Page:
©2016 Rosemawrites@A Reading Writer. All Rights Reserved.
Photo credit: Unsplash

In response to November Notes Writing Challenge by my love Sarah Doughty of Heartstring Eulogies and yours truly. ❤


Summer Air


The smiling sun and the jovial man-in-blue walking his black dog both fail to break the darkened state I am in after he left me broken and bruised.

So this is what first heartbreak feels like. T’was like a rollercoaster ride which pulls your heart up, up, up until it feels so heavenly and then bam! Dropped. Done. Dead.

I would be willing to take any road to find my way back to him, but then, but then, we’ve never been.

Our story’s like the summer air. You can feel it, but it’s not even there in the first place.

Word count: 100
©2016 Rosemawrites@A Reading Writer. All Rights Reserved.
Photo credit: Louise of The Storyteller’s Abode

In response to Flash Fiction for Aspiring Writers (FFfAW) October 18, 2016.


  • a flash fiction challenge (stories in 100-175 words or less)
  • each story should have a beginning, a middle, and an end
  • no serial (continuation) stories
  • include a pingback to the challenge post

Thank you for hosting this awesome prompt, Priceless Joy! ❤ 

Read more short stories here:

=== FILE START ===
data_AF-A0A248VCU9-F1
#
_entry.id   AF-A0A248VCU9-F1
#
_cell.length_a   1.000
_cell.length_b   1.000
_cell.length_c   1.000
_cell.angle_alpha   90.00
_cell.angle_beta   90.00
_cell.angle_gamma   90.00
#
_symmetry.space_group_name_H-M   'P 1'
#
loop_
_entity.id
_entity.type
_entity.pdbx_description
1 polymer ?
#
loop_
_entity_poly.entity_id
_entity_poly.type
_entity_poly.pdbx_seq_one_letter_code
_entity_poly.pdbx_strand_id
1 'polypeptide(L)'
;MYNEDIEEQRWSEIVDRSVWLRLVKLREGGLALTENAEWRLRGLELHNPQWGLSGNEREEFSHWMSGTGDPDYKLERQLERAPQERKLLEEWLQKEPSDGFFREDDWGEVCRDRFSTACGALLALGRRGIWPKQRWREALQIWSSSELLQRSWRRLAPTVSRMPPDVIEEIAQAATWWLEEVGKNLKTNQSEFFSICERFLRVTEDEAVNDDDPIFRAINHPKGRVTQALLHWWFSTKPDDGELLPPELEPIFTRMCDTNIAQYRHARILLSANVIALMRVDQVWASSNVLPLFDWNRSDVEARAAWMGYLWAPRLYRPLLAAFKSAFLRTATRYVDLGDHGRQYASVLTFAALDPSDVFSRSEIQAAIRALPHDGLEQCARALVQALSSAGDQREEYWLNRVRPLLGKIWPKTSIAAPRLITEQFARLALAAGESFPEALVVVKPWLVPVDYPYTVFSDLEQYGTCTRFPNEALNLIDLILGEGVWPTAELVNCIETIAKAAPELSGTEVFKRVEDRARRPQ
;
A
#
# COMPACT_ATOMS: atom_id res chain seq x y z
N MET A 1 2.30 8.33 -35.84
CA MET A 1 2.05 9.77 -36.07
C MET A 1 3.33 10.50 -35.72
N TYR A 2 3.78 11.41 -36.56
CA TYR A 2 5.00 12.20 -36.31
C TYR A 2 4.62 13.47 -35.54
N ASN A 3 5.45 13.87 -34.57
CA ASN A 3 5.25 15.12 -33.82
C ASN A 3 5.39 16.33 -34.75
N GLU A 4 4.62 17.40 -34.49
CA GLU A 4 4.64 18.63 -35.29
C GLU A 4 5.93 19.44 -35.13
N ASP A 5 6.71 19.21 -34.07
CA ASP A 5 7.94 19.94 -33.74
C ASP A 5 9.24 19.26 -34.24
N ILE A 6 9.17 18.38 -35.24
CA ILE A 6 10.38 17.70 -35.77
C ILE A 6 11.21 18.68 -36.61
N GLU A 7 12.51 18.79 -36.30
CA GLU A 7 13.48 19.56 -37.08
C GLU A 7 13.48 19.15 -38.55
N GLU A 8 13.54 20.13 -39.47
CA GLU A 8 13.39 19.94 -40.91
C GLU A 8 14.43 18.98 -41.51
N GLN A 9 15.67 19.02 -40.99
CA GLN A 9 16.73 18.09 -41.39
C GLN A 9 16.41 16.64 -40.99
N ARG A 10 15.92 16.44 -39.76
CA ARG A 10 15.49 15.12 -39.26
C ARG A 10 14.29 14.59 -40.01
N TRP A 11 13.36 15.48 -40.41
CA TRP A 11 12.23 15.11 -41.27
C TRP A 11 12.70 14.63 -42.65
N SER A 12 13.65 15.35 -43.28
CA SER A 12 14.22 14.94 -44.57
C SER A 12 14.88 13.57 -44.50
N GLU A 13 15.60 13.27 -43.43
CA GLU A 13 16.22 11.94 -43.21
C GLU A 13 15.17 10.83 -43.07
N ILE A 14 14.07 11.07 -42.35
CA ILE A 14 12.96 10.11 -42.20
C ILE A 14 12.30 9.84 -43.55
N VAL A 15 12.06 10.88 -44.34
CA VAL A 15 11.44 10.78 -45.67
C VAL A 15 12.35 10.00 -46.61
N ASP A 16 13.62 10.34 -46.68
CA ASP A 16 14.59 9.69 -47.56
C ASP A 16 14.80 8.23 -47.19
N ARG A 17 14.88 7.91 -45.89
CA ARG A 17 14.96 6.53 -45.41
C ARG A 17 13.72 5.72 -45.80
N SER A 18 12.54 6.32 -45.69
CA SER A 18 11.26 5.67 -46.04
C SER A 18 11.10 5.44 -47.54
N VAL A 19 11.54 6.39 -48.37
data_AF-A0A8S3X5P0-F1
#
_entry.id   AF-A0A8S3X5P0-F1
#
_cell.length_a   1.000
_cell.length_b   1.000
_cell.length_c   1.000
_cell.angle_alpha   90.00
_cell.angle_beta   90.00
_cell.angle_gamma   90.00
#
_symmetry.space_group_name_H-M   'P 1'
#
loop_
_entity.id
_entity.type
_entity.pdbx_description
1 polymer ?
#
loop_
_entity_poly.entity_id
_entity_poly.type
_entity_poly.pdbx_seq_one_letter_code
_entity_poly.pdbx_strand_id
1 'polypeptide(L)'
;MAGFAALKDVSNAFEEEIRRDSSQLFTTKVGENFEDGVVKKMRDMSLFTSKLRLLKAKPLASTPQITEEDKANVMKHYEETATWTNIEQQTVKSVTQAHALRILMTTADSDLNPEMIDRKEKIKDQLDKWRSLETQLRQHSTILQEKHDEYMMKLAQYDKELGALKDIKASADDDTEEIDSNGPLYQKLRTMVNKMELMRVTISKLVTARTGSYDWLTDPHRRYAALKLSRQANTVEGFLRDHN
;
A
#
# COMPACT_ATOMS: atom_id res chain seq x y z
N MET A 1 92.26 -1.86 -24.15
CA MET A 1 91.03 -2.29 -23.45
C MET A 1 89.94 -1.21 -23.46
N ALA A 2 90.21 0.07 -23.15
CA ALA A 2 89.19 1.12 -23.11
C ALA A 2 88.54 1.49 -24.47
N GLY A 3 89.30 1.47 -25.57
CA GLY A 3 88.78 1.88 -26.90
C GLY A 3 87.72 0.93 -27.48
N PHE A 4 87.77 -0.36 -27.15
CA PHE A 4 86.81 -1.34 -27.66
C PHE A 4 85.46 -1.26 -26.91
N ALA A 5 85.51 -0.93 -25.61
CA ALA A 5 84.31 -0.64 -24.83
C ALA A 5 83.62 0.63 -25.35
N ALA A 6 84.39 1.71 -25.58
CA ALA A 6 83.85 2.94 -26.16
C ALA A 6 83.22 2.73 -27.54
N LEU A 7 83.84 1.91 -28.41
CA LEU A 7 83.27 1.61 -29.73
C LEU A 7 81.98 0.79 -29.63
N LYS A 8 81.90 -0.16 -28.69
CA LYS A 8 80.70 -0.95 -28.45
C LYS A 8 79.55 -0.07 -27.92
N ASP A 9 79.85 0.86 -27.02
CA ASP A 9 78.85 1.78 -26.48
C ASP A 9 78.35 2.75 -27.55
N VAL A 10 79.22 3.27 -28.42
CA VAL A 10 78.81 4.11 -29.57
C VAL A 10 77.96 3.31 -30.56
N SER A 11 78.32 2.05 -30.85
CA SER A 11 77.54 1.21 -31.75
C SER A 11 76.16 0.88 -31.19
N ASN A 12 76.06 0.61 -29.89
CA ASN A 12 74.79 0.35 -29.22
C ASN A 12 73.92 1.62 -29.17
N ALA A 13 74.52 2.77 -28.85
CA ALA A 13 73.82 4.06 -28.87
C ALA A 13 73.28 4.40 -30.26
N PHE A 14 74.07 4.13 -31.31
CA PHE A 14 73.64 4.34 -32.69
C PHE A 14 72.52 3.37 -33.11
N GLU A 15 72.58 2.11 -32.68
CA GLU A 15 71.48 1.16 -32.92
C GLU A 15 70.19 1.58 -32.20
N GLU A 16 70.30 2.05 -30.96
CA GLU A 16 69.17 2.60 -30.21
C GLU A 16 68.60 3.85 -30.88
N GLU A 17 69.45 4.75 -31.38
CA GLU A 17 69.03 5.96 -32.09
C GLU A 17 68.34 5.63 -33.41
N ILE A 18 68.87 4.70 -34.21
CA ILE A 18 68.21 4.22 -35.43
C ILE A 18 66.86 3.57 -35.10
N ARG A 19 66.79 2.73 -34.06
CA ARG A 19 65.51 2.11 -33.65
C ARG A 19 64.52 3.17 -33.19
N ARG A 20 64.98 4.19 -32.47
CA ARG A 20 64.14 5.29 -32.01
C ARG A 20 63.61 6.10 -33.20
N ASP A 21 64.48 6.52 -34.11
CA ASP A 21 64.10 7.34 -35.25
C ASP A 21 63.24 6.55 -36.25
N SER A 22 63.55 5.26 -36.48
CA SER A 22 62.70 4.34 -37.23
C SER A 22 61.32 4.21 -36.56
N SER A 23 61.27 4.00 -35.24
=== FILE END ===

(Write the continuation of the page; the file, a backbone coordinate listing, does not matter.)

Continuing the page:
Rhythm and Rhyme

The hands of this vintage clock have ticked and turned more than a thousand times.
Likewise my old heart has beat millions da-dums, da-dums.
And now they are both yours, my poetry’s rhythm and rhyme.

©2016 Rosemawrites@A Reading Writer. All Rights Reserved.

Photo credit: Rachel Crowe

In response to Sonya of Only 100 Words‘ Three Line Tales Week Thirty.

If you want to join, here are the simple rules:

  • Write three lines inspired by the photo prompt.
  • Link back to this post.
  • Tag your post with 3LineTales (so we can find you in the Reader).
  • Read and comment on other TLT participants’ lines.
  • Have fun.



On Bitterness (Plus a Leave-Note)

your heart is beautiful.


A Reading Writer is sick badly sick. -_- I am not sure when I’ll be back but I am sending you guys, a lot of love for the week.

I have scheduled poems until August 31 so I am sure you won’t miss me. 🙂

Have a great week, everyone!


I thought
you are
my heart’s compass
you did
but lead me

©2016 Rosemawrites@A Reading Writer. All Rights Reserved.

Photo credit: Deviantart

In response to Mindlovemisery MenageriePhoto Challenge #116


Read more awesome poems here:


Locked: A Romancillo*

I am steadily locked
no powers can break me,
even heroes will fail,
Mr. Right has the key.

©2016 Rosemawrites@A Reading Writer. All Rights Reserved.

Photo credit: Unsplash

In response to May Book Prompts –  by Sarah Doughty and MahWrites.

Today’s prompt is Let the Right One In by John Ajvide Lindqvist.
Let the Right One In

The Romancillo* is a short line version of the Romance.

The Romancillo is:

  • a narrative, it tells a story.
  • stanzaic, written in even number line which could be quatrains, sixains, etc.
  • syllabic, all lines are written in 5 or 6 syllables each.
  • rhymed, only assonant rhyme is used, xaxa xbxb xcxc etc., x being unrhymed.